The twist in Rune Factory 2 couldn’t shake the series up more if it were wearing knuckledusters and tearing the arms off the townsfolk. We’re not going to say in detail, in order to avoid any spoilers. Suffice to say that anyone who’s been following the Harvest Moon series will be in for a shock and a treat, making this farming-dungeon fighting-flirting RPG an essential addition to the series. And as for newcomers?
Farming doesn’t sound like an inherently interesting game concept, but it’s proven to be hugely profitable for publishers. Besides the massive Farmville juggernaut, there’s the long-running Harvest Moon series from Natsume, of which the Rune Factory series is a spin-off.
Rune Factory games can essentially be described as “Harvest Moon plus an Action/RPG”, and Rune Factory 3 is no different. The bulk of your time will be spent tending to your farm as the in-game days and seasons pass, raising crops and finding ways to prepare and sell them. You’ll also interact with the local townsfolk, running various errands to win their admiration. Combat is a lesser – though still essential – part of the game, as you’ll need to progress the primary narrative by taking down some big boss monsters...
Sure, it may be a slog at times, but Rune Factory 4 has a lot to offer. Here's our review...
Oct 16, 2007
Before we talk monsters: yes, it's a Harvest Moon game, so farming is at the heart of it. But unlike previous iterations (which ran along the lines of "farm crops, get married, farm more crops") you're given a real plot to contend with.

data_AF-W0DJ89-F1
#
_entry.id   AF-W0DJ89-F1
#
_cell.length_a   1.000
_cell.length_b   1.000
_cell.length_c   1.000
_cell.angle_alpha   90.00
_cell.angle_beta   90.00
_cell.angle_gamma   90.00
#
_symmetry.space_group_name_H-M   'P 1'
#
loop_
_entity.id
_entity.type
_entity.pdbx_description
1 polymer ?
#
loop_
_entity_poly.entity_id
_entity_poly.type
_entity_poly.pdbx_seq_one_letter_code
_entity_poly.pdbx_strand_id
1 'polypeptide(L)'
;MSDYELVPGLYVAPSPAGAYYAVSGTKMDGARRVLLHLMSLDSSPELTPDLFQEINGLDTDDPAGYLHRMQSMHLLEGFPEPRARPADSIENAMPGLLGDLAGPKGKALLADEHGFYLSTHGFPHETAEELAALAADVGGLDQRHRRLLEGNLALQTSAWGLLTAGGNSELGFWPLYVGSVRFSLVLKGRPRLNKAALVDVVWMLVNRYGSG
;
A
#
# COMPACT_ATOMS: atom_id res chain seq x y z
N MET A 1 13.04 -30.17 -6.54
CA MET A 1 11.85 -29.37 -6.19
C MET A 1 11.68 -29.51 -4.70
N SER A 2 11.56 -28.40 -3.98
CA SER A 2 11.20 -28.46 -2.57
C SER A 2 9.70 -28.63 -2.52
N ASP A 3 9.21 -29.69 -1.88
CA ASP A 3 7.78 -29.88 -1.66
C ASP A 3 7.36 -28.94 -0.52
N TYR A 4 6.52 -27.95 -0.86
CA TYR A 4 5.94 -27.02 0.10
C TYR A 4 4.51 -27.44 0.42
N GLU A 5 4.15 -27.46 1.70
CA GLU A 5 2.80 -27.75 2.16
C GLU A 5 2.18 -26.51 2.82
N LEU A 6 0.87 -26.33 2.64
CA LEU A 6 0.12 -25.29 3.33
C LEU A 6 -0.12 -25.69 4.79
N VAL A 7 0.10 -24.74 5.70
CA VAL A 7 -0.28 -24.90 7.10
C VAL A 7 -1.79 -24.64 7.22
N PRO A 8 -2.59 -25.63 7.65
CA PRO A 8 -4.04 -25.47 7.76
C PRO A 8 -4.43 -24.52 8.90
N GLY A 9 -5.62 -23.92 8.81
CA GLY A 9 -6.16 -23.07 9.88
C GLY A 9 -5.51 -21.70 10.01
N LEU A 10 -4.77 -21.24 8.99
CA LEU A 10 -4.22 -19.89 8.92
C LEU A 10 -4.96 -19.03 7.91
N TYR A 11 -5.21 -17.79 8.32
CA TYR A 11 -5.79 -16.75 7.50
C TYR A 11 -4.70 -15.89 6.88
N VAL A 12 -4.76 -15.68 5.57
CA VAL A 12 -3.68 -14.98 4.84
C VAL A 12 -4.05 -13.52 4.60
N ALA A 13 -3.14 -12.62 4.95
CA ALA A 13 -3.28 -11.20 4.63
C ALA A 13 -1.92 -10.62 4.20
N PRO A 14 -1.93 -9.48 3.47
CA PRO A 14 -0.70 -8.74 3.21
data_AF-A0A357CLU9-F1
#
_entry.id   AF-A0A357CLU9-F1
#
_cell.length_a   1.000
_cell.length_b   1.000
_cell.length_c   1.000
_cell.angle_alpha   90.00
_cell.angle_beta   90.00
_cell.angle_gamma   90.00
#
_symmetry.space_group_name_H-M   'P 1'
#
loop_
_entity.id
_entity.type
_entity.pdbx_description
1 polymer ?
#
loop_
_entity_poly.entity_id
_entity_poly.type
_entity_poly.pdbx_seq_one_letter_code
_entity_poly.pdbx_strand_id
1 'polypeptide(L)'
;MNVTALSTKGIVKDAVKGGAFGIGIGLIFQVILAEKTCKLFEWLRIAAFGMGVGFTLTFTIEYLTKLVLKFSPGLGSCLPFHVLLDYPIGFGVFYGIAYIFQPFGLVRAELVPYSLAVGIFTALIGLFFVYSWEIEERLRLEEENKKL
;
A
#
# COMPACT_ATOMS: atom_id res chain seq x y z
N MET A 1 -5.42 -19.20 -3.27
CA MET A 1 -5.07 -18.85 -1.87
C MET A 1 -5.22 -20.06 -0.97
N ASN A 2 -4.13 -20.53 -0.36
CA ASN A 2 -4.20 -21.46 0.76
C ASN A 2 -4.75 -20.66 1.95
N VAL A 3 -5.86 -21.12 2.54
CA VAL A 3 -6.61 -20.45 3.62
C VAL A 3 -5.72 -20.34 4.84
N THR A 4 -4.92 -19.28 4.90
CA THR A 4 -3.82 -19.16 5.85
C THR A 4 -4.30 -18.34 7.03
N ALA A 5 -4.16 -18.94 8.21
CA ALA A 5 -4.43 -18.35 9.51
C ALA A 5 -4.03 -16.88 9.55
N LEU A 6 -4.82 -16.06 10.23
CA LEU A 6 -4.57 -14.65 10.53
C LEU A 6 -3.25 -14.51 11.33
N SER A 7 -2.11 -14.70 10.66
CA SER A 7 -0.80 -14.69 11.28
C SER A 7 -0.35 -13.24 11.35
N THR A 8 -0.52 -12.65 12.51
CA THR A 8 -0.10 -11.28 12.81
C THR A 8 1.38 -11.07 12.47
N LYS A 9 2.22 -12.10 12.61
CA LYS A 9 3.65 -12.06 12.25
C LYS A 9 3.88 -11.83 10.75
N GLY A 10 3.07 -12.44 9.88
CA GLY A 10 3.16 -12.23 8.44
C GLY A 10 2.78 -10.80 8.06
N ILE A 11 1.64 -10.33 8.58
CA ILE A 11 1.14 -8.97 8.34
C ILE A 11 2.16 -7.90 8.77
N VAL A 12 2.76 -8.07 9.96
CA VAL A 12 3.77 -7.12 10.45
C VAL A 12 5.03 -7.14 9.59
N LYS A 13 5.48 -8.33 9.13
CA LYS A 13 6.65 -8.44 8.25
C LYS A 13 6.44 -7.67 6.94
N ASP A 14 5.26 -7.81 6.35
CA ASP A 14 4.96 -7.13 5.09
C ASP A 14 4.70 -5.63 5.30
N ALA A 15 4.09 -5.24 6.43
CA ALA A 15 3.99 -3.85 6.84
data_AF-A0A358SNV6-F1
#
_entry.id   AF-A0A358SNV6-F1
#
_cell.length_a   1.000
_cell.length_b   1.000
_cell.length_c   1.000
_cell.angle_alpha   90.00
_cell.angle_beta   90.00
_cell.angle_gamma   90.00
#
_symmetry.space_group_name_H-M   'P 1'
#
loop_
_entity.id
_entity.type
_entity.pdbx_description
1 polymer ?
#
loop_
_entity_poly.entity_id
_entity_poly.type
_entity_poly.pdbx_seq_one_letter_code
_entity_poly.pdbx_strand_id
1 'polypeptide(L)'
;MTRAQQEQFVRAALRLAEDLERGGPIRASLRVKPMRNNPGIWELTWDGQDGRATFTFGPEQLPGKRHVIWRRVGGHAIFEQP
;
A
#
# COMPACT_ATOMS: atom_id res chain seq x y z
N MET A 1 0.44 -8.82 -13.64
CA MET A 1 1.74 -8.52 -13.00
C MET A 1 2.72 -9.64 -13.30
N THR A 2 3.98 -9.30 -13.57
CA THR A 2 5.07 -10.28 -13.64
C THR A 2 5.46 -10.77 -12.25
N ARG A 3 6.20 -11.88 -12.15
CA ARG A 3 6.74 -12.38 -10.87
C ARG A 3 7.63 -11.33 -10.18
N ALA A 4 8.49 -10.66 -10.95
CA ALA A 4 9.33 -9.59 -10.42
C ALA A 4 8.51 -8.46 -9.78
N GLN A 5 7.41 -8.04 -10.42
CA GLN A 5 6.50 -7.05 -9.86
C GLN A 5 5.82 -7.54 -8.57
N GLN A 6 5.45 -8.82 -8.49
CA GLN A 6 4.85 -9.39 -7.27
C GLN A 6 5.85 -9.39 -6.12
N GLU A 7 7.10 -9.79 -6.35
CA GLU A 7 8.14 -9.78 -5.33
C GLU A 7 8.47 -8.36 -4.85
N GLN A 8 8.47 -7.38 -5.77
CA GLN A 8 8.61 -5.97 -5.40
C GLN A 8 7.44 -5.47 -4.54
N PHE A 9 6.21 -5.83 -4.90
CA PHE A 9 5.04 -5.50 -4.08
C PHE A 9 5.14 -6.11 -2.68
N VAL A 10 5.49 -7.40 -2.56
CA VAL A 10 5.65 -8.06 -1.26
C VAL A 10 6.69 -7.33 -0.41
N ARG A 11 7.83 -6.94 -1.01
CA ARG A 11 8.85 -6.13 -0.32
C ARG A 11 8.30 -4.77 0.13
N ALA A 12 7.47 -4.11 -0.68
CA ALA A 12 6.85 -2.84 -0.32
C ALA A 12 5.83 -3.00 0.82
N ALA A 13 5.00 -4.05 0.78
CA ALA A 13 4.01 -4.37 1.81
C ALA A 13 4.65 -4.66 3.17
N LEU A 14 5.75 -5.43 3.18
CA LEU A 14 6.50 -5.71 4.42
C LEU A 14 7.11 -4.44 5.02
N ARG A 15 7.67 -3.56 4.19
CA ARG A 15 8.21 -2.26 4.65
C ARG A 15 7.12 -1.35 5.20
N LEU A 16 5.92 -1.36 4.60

You've lost your memory and been set to work on a farm by a nice girl who points out that the town has recently seen an increase in monsters coming out of strange machines in the cave system. Who put them there? What are they? Who are you? How did
Fantasy would have you believe that the rural life is below the hero. Think of all the country bumpkins whisked from paddocks to battlefields who never return. Frodo? He’s been to Mount Doom! Why would he want to hang out in a glorified rabbit burrow? Tom Cruise in Legend? Stuff the forest, there’s a princess to bed. Wahey!
Have you had
hobo stew before? We knew a hobo once who could make a real mean stew. There’s
no science to the recipe. You just take whatever you can scrounge up and throw
it all into a boiling pot. Some of those ingredients may be better by
themselves or if prepared differently, but when you’re a hobo you take what you
can get. Rune Factory: Tides of Destiny is a stew with plenty of fixings in the
pot, but it’s a bit overcooked...
Who actually likes killing boars? The World of Warcraft phenomenon has passed us by entirely because we couldn’t understand the appeal of spending hours hacking and slashing through hordes of low-level creatures in order to gain experience. Replace the boars with giant mushrooms, and you’ll see that Runes of Magic makes efforts to follow the same baffling formula as WoW.
Bit.Trip delivers yet one more enjoyable old-school platformer in Runner 2...
On April 30, 1943 the drowned body of Acting Major William Martin, Royal Marines, and his briefcase of highly classified documents washed ashore in southern Spain. Meanwhile, over in the Mediterranean the Allied Twelfth Army prepared itself for an invasion through the Balkans, unaware that Axis powers had intercepted details from Martin’s briefcase and from Grecian radio traffic and had more than doubled the strength of the troops in their intended target. The Germans peeled forces away from other locations to set up the ambush and the Italian navy fleet set itself in the Adriatic ready for battle. The stage was set for a slaughter...
Remember the movie GoldenEye? Remember the first time we met the new “M” and she proceeded to dress down 007 by calling him a dinosaur? A relic of the cold war?
Thats the first thing that springs to mind upon booting up Rushn Attack. The clever play on words gives away the games main thrust – you are a secret agent of some sort infiltrating what can only be a Russian base, racing against time to save a group of POWs scheduled for the firing